what's the buzz..

what's the buzz..

What hinders stroke recovery

Researchers have identified a novel molecule in the brain that, after stroke, blocks the formation of new connections between neurons.

In a mouse model, the UCLA researchers showed that blocking this molecule – called ephrin-A5 – induces axonal sprouting, that is, the growth of new connections between the brain's neurons, or cells, and as a result promotes functional recovery.
If duplicated in humans, the identification of this molecule could pave the way for a more rapid recovery from stroke and may allow a synergy with existing treatments, such as physical therapy.

Stroke is the leading cause of adult disability because of the brain’s limited capacity for repair. An important process in recovery after stroke may be in the formation of new connections, termed axonal sprouting.

The adult brain inhibits axonal sprouting and the formation of these connections.
In previous work the researchers found, paradoxically, that the brain sends mixed signals after a stroke—activating molecules that both stimulate and inhibit axonal sprouting.
In this present work, the researchers have identified the effect of one molecule that inhibits axonal sprouting and determined the new connections in the brain that are necessary to form for recovery.

Soon, ‘smart food’ that tricks brain into thinking belly full
Smart food that signal the brain that you have eaten enough could hold the key to beating obesity, a new study has revealed.

A Dutch team of researchers has already started work on the intelligent foods that could one day help the world beat obesity. They hope that these foods will contain a special chemical that mimics the message our gut sends the brain when it is full. By sending the message earlier, the brain can be fooled into not overeating.

“We know nutrients interact with gut cells, which dispatch chemical messengers – hormones– to the brain to signal ‘stomach full’,” the Daily Mail quoted endocrinologist Jens Holst of the University of Copenhagen, Denmark, as telling youris.com. Scientists are now trying to decode this messaging from our food to gut to brain to fight obesity.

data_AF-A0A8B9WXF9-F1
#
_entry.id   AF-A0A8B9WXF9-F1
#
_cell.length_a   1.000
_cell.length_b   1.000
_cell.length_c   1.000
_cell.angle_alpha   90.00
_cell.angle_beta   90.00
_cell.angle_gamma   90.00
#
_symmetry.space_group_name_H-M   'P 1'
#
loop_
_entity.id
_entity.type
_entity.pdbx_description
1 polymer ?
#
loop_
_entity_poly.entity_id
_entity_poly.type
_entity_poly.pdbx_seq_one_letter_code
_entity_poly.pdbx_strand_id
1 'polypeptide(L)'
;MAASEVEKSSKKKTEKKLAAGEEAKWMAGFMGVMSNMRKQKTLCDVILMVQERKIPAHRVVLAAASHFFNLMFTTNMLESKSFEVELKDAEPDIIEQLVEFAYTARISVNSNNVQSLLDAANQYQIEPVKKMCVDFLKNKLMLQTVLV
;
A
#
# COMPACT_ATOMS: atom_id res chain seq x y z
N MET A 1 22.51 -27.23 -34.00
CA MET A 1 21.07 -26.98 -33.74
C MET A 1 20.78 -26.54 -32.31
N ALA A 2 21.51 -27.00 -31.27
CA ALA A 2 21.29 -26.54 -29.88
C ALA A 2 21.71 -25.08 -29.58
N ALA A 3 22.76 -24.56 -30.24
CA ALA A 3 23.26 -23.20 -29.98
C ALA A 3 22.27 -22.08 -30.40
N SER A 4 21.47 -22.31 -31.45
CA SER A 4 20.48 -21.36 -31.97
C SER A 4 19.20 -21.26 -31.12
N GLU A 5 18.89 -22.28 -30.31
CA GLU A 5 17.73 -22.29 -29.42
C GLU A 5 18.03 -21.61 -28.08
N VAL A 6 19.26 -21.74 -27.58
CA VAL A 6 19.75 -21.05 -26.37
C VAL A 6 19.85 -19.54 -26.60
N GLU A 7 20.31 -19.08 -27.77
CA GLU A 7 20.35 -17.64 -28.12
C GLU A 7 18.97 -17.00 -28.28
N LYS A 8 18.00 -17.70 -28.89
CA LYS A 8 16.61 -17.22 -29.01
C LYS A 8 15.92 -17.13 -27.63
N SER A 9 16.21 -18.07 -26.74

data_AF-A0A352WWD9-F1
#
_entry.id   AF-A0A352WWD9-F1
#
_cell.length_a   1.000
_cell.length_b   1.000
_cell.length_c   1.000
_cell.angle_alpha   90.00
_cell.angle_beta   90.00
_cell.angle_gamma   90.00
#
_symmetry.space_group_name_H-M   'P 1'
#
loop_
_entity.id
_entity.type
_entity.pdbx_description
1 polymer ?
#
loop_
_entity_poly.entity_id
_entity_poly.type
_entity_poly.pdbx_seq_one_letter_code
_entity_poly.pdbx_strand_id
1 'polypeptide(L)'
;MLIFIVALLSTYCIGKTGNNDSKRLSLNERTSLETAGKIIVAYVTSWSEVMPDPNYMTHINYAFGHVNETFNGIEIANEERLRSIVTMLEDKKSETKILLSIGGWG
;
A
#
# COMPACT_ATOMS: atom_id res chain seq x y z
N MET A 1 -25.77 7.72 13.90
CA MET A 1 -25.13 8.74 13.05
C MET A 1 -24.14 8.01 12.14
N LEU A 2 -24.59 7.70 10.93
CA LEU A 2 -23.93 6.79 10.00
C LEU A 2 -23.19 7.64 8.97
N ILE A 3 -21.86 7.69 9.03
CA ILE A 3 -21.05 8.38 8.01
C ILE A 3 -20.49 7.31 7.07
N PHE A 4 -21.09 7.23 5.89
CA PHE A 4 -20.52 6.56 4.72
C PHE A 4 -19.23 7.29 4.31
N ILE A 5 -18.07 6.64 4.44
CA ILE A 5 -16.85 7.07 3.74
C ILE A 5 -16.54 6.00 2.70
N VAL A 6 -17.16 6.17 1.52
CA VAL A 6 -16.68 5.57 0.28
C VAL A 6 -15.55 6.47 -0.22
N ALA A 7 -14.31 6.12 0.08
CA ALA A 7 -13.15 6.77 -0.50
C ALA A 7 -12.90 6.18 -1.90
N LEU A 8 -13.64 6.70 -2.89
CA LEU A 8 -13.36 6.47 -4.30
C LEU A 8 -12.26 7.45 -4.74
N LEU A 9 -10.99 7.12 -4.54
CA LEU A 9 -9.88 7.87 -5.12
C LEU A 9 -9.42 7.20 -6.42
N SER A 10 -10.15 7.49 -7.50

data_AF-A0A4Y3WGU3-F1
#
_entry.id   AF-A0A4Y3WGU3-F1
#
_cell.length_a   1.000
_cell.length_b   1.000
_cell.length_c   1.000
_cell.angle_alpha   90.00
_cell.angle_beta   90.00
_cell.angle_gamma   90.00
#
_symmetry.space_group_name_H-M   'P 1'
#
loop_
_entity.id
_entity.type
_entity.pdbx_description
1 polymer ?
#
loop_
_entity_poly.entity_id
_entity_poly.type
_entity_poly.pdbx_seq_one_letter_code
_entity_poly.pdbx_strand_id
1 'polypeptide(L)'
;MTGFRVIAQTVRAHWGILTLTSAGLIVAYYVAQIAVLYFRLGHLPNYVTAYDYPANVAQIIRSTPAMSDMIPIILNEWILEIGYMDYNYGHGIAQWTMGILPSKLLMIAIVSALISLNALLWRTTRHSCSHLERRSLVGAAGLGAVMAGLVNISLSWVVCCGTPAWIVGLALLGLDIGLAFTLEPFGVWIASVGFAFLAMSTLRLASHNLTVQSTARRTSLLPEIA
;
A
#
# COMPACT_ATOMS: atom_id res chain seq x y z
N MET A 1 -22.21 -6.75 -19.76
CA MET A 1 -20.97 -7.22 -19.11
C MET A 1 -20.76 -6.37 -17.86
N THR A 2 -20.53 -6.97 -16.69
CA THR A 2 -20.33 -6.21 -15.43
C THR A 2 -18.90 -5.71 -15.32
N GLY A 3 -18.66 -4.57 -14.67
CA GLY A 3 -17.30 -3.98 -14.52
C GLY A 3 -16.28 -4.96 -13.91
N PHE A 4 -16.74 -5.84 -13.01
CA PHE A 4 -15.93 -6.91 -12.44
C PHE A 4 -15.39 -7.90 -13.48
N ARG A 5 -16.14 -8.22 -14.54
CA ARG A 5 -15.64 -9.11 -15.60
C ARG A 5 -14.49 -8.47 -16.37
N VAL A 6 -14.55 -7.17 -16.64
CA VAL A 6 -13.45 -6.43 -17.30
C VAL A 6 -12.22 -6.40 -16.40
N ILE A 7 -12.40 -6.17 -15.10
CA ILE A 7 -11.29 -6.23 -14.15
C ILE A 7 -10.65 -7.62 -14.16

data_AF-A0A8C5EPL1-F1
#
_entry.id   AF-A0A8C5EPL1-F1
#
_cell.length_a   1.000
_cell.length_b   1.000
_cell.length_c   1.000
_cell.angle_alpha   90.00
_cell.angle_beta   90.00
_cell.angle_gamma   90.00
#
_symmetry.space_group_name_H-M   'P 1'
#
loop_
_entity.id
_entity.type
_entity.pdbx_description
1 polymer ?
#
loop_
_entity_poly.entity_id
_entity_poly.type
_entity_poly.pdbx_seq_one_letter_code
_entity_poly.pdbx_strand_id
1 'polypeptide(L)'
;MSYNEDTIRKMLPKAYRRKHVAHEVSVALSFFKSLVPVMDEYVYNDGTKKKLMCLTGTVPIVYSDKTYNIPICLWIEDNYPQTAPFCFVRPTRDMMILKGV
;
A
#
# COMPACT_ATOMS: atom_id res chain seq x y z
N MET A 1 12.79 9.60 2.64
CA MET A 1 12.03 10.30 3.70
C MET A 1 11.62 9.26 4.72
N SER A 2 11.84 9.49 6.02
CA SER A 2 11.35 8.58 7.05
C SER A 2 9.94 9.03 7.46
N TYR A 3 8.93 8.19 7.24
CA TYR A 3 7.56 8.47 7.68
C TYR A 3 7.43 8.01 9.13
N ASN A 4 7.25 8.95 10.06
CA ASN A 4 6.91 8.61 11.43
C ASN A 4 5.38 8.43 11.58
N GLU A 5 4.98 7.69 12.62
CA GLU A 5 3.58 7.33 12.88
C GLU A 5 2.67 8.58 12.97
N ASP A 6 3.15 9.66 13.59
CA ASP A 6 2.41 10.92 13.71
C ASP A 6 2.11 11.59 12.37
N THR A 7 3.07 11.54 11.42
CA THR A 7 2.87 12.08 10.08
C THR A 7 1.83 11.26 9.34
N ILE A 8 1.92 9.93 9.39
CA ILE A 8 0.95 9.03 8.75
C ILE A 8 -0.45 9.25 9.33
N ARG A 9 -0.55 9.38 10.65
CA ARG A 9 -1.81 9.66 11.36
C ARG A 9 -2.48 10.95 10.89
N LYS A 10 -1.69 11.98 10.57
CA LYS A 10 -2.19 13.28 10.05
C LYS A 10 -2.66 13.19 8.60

Holst found a small molecule in the gut, called glucagon-like peptide-1 (GLP-1), which acts on parts of the brain that regulate appetite.

He is now involved with a EU funded research project, Full4Health, to try and find out exactly how the gut tells the brain when it is full.

Boys’ impulsiveness may result in better math ability

Boys show more preference for solving arithmetic problems by reciting an answer from memory, whereas girls are more likely to compute the answer by counting, scientists say.
In a University of Missouri study, girls and boys started grade school with different approaches to solving arithmetic problems, with girls favouring a slow and accurate approach and boys a faster but more error prone approach. Girls’ approach gave them an early advantage, but by the end of sixth grade boys had surpassed the girls.
“The observed difference in arithmetic accuracy between the sexes may arise from the willingness to risk being wrong by answering from memory before one is sure of the correct answer,” Drew Bailey said.

“In our study, we found that boys were more likely to call out answers than girls, even though they were less accurate early in school. Over time, though, this practice at remembering answers may have allowed boys to surpass girls in accuracy,” Bailey said.

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